Investors looking for high-octane growth won’t find it here. What they will find, however, is steady progress rooted in the fact that consumers have come to rely on their smartphones and mobile internet. Indeed, telecom technology outfit Ericsson estimates that worldwide mobile data traffic — which totaled 51 exabytes per month in 2020 — will swell to 226 exabytes per month by 2026. That’s up from less than 10 exabytes per month just five years ago.

Simply put, the world’s going to need every connectivity solution it can get, starting with the ones offered by tower owners.

The rising trends in the wireless sector have allowed Crown Castle to deliver tremendous dividend growth. Its current quarterly payout of $1.33 per share is 50% higher than its payout just five years back. And given the outlook for data-load growth, there’s no reason to believe this company — which is organized as a real estate investment trust (REIT) to maximize the cost-effectiveness of paying a dividend — will hold back on its payout growth in the future.

3. Procter & Gamble

Dividend yield: 2.5%

Finally, consumer goods powerhouse Procter & Gamble is another ideal dividend stock choice for retirees.

At current share prices, it yields 2.5%, which isn’t exactly thrilling, and it’s not like the company raises its annual payout at an unusually brisk pace. But that’s the trade-off one makes in exchange for this level of reliability. P&G has paid some sort of dividend for the past 130 consecutive years, and has increased its payout in each of the past 57. It’s not merely a Dividend Aristocrat. It’s one of the market’s even rarer Dividend Kings.

This staying power is one of the fringe benefits of being the deep-pocketed bully within your industry. Procter & Gamble brands like Crest toothpaste, Tide detergent, and Bounty paper towels are consistently the best-selling products in their respective categories, and while the company’s annual revenue isn’t leaps and bounds more than that of its next-nearest competitor Unilever, P&G’s marketing budget is considerably bigger than all its rivals. In fact, according to Ad Age’s estimate, with a marketing budget of more than $10 billion last year, Procter & Gamble is one of the world’s biggest advertisers. (And for most of the past few decades, it has been the biggest.)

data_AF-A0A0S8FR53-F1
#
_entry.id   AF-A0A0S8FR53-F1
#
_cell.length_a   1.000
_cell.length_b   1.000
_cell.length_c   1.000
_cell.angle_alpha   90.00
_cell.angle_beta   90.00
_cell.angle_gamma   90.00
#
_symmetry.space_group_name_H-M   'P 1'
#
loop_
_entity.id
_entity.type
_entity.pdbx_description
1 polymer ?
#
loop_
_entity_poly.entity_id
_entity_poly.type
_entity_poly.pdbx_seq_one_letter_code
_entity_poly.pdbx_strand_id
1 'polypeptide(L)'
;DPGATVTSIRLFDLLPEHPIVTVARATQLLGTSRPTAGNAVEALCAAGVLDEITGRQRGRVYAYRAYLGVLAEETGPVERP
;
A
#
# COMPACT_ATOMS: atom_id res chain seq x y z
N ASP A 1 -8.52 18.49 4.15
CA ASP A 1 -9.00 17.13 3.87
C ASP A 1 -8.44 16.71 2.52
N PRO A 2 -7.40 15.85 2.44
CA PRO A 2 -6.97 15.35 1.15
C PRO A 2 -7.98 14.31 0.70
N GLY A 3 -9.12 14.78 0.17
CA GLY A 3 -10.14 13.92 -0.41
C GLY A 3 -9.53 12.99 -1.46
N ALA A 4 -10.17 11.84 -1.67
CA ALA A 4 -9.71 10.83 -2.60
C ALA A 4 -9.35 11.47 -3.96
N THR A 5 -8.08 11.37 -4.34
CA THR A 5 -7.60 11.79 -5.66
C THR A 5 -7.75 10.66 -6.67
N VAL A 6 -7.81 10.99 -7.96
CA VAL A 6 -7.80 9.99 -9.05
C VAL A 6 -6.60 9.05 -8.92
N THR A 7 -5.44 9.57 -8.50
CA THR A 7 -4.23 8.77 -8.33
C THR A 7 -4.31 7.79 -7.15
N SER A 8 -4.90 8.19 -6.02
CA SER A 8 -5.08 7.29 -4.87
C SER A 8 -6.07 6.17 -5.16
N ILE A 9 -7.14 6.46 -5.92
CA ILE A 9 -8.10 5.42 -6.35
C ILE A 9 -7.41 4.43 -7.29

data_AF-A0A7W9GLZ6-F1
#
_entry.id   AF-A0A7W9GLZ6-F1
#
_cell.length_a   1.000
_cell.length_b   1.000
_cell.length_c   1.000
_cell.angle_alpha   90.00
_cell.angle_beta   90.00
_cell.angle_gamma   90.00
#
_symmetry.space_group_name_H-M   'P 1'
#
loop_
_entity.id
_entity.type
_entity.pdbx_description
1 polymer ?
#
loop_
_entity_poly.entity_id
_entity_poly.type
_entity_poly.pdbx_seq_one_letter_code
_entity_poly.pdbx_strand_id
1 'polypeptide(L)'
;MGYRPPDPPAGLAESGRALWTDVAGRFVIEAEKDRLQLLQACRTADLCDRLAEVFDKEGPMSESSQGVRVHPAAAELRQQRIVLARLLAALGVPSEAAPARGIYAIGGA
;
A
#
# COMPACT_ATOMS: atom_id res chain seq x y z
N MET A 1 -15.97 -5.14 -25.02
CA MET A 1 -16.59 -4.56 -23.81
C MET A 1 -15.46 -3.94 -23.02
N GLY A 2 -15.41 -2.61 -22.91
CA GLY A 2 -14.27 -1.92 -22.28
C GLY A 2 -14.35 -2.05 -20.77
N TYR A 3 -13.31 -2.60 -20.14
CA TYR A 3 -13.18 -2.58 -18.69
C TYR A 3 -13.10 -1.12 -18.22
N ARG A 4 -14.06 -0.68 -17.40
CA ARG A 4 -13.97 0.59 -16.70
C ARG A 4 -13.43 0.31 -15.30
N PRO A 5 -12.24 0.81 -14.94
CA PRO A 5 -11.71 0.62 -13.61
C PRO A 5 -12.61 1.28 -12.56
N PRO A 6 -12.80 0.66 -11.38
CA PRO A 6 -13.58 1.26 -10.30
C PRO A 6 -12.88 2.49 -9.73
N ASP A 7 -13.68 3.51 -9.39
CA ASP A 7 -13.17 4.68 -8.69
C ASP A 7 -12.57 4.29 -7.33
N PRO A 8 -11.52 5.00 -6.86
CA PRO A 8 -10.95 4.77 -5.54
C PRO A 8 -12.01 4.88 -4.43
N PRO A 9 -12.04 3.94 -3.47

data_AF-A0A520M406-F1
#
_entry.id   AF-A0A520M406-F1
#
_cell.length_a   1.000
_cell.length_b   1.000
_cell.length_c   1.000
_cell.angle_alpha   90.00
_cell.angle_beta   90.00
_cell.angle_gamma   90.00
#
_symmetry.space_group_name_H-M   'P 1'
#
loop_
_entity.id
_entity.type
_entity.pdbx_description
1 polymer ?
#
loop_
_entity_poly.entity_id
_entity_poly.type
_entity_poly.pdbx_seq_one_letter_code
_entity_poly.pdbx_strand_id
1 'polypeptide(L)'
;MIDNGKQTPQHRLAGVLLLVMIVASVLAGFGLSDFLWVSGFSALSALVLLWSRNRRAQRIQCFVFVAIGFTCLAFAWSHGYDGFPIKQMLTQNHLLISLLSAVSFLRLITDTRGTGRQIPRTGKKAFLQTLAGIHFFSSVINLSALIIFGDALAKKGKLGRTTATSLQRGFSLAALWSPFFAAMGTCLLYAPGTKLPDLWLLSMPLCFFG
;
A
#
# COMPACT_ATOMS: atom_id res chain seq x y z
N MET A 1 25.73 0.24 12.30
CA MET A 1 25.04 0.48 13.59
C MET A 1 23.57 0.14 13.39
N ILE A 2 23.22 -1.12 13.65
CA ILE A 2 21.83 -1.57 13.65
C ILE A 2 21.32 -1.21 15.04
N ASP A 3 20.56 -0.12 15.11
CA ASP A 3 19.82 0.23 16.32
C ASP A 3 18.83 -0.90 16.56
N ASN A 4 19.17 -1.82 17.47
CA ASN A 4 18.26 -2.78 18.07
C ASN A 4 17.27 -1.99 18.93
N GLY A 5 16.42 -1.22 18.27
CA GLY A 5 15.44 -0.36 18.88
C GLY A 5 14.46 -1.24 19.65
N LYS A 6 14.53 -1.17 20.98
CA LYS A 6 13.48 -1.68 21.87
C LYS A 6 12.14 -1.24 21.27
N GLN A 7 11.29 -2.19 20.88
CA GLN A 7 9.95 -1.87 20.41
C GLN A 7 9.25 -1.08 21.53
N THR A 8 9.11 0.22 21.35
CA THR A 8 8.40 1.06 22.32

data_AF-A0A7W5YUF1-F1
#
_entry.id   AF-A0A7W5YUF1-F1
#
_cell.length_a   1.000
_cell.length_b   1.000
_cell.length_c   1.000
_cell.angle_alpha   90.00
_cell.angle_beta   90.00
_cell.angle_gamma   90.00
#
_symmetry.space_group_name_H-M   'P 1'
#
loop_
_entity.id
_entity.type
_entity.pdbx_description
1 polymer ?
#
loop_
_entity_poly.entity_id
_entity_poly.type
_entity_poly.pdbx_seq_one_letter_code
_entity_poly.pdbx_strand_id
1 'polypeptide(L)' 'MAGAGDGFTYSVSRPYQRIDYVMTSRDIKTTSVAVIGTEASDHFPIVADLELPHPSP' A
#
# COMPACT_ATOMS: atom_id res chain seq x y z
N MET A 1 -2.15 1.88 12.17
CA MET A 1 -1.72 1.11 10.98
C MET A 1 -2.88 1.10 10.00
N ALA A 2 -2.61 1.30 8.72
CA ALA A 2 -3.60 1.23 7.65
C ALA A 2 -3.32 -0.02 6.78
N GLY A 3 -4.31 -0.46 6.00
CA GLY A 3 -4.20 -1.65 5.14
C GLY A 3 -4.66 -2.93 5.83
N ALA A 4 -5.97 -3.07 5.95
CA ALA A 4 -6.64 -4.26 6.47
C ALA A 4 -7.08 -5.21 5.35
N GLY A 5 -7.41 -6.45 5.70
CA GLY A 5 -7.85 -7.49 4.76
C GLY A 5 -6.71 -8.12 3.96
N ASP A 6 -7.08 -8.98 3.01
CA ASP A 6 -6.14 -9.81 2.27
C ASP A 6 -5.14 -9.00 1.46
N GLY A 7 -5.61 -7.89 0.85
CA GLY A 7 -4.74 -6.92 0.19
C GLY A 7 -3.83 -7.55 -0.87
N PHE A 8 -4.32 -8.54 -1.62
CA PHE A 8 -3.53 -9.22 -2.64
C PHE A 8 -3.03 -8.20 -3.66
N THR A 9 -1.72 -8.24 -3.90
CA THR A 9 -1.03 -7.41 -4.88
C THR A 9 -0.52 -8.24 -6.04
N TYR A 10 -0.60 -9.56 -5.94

The spending mix clearly works.

In addition, the consumer goods company finally making a vital move that will help it hold its top spot within the sector. It’s going digital. That is to say, it now understands the importance of doing something constructive with the trove of data it owns about 1.5 billion consumers. This includes selling more online. While e-commerce sales only account for 14% of its total revenue, they are up 50% year over year through the first half of the company’s current fiscal year. That growth pace speaks volumes about the new-and-improved P&G.

This article represents the opinion of the writer, who may disagree with the “official” recommendation position of a Motley Fool premium advisory service. We’re motley! Questioning an investing thesis — even one of our own — helps us all think critically about investing and make decisions that help us become smarter, happier, and richer.

By senior